What Does Oura Track to Help You Measure Your Readiness
Here are the contributors Oura uses to calculate your Oura Readiness Score.
- Previous Night
- Sleep Balance
- Previous Day
- Activity Balance
- Body Temperature
- Resting Heart Rate (RHR)
- Recovery Index
In addition to calculating the Readiness Score, Oura also tracks your Heart Rate Variability, a readiness metric worth keeping an eye on.
How well you slept the night before has a big impact on your Readiness Score. Good quality sleep is a must for physical and mental recovery – for your memory and learning capabilities, for example. Oura gives you a daily Sleep Score. A general rule of thumb is that it should be above 88% or at the high end of your normal range, if you’re planning to do something that calls for your maximum performance. Emphasis is on the ‘high end of your normal range’ because we’re all unique and sticking to a particular number isn’t advisable.
Readiness is about balance. The Sleep Balance contributor is based on a longer term view of your sleep patterns. Oura compares the past two weeks of your sleep duration to your long-term sleep history and the amount of sleep time recommended for people your age. It’s advised that for staying healthy and alert, adults typically need 7–9 hours of sleep every night.
Yesterday matters when we want to know how ready we are for today. Oura stays on track of your previous day’s load and guides you accordingly. If you have trained intensively, taking time for recovery pays off; that’s when you build your fitness. If you have rested well, your body and mind are readier to accept big challenges.
The Activity Balance contributor is based on a five-day rolling window of your activity levels. Here again, balance is the key. For maximum performance, the aim is to stay adequately active: as close to your daily activity goals as possible. Staying in balance will boost your readiness and help you maintain high energy levels.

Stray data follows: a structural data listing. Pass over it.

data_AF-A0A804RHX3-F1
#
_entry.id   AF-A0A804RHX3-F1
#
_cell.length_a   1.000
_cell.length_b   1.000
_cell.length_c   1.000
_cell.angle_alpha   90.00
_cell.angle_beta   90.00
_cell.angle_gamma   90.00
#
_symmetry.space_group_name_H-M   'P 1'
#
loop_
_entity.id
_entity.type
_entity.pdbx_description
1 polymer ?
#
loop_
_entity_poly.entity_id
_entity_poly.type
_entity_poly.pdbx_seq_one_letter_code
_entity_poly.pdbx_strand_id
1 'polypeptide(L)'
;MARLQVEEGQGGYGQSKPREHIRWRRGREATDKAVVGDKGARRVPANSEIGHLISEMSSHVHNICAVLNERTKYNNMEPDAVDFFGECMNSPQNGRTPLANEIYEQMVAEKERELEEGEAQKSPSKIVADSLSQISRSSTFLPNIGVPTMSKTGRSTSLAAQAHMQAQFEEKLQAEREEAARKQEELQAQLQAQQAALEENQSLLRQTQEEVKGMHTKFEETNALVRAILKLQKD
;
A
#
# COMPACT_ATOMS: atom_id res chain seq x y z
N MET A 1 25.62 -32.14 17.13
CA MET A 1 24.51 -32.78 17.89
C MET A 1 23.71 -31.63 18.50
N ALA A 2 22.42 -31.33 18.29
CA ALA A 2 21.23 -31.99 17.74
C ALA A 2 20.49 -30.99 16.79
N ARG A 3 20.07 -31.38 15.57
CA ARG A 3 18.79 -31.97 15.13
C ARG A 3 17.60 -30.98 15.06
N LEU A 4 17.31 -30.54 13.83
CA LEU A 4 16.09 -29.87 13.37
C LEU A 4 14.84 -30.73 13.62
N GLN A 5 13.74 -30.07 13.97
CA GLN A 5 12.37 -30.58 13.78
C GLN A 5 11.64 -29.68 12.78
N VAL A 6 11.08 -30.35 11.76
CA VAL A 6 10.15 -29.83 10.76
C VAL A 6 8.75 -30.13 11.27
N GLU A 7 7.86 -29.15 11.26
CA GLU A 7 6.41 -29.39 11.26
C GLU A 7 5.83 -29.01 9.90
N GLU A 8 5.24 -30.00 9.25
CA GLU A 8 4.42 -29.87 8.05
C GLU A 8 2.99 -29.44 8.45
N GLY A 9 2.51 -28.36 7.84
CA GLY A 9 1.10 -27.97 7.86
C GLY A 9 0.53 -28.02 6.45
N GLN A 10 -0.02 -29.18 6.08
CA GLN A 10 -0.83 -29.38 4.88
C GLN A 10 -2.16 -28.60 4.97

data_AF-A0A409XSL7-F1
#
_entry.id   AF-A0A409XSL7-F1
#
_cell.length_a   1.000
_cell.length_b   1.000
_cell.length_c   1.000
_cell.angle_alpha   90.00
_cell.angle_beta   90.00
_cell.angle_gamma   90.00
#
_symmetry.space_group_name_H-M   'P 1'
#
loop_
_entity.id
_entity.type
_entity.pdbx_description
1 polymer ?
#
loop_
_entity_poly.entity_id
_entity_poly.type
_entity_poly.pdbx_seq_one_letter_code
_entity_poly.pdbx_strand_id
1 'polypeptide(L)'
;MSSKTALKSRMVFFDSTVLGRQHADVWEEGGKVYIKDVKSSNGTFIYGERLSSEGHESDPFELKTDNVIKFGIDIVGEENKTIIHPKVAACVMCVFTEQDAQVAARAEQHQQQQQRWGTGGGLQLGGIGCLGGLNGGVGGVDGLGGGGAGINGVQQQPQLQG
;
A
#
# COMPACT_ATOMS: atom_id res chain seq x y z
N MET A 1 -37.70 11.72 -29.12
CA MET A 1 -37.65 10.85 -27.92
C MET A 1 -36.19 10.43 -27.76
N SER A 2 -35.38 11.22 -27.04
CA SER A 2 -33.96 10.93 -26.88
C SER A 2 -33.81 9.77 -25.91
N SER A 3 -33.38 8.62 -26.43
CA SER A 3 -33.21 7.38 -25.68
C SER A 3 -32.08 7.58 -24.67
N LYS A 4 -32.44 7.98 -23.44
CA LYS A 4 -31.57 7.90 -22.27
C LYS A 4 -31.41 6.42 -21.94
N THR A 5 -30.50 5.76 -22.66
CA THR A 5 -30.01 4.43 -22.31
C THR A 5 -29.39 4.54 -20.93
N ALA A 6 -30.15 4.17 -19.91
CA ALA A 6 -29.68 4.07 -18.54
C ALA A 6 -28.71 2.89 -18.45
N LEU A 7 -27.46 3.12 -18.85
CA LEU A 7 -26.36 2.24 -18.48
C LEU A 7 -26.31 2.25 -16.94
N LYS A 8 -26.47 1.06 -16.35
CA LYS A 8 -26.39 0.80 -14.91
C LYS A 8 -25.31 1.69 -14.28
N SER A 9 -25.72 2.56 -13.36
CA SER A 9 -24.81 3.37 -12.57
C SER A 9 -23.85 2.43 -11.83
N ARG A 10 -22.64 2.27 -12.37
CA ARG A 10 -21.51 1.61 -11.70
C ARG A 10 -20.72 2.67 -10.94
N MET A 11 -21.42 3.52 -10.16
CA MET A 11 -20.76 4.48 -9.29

Knowing the variations in your night-time body temperature helps you to detect early signs of impending sickness, a need to rest, and for women, the stages of menstrual cycle. Oura tracks and shows you the variations, so that you’ll keep on track of how recovered and ready you are for the day. Furthermore, recent studies advise female athletes to schedule the majority of their heavy intensity training to the first half of the menstrual cycle.
Resting Heart Rate
RHR, or resting heart rate, is a reliable and scientifically proven measurement for establishing overall sleep quality, recovery and health. Usually, a RHR on the lower side indicates good fitness, but don’t get too worried if your friend’s value is different from yours: RHR is highly personal and there are many factors that influence it. What you might want to concentrate on are changes compared to your own average, because an exceptionally high or low resting heart rate can be a sign that you need more recovery. Oura shows your lowest and average RHR, as well as minute-by-minute resting heart rate graph.
The timing of your lowest RHR is of significance, too. It tells you how balanced your body is in recovering from the previous day’s load and getting ready for tomorrow’s challenges. Recovery Index is one indicator of this balance: it shows how long it takes for your RHR to stabilize and reach its lowest point. An indicator of good readiness is if this happens earlier in the night (one rule of thumb is at least six hours prior to waking). For instance, eating a heavy meal, drinking alcohol, or exercising too close to bedtime can postpone the timing. They all speed up your metabolism and elevate your RHR, which in turn delay your recovery and increase your sleep need.
Heart Rate Variability
In addition to calculating the Readiness Score, Oura also tracks your Heart Rate Variability (HRV) throughout the night. What is HRV? Well, there’s a small time gap between your heartbeats, and this gap isn’t identical all the time. Heart Rate Variability indicates the variation in the time interval between heartbeats. Both researchers and practitioners consider HRV to be a good measure of your recovery, and therefore readiness status, as it can indicate stress and fatigue levels on your body. Generally speaking, when you’re fit, relaxed and recovered, your HRV is higher. When your body is recovering from e.g. strenuous exercise, your HRV is lower.
Oura calculates your night-time HRV from the rMSSD, a well-known HRV parameter that provides a good view on your Autonomic Nervous System activity. The Oura app shows your average HRV (from 5-minute samples measured during the whole night), and and your nightly HRV curve.
The HRV value given by Oura can range from anywhere below 20 to over 100 ms. But bear this in mind: HRV is extremely individual. Your minimum and maximum values depend on factors such as your age, hormone levels, circadian rhythm, lifestyle and overall health. So do not compare your values with anyone else but yourself!
What is the Sleep Score?
Your Sleep Score is an combined snapshot of the many factors that determine how well you really slept, rolled up to help you quickly digest your rest. By reviewing individual factors, you can improve your comprehensive sleep day by day.Read more
What is the Activity Score?
Your movements throughout the day, whether big moments of exertion or just the everyday motions, are all calculated and summarized. This Activity Score helps you quickly understand how your motion is impacting your health.Read more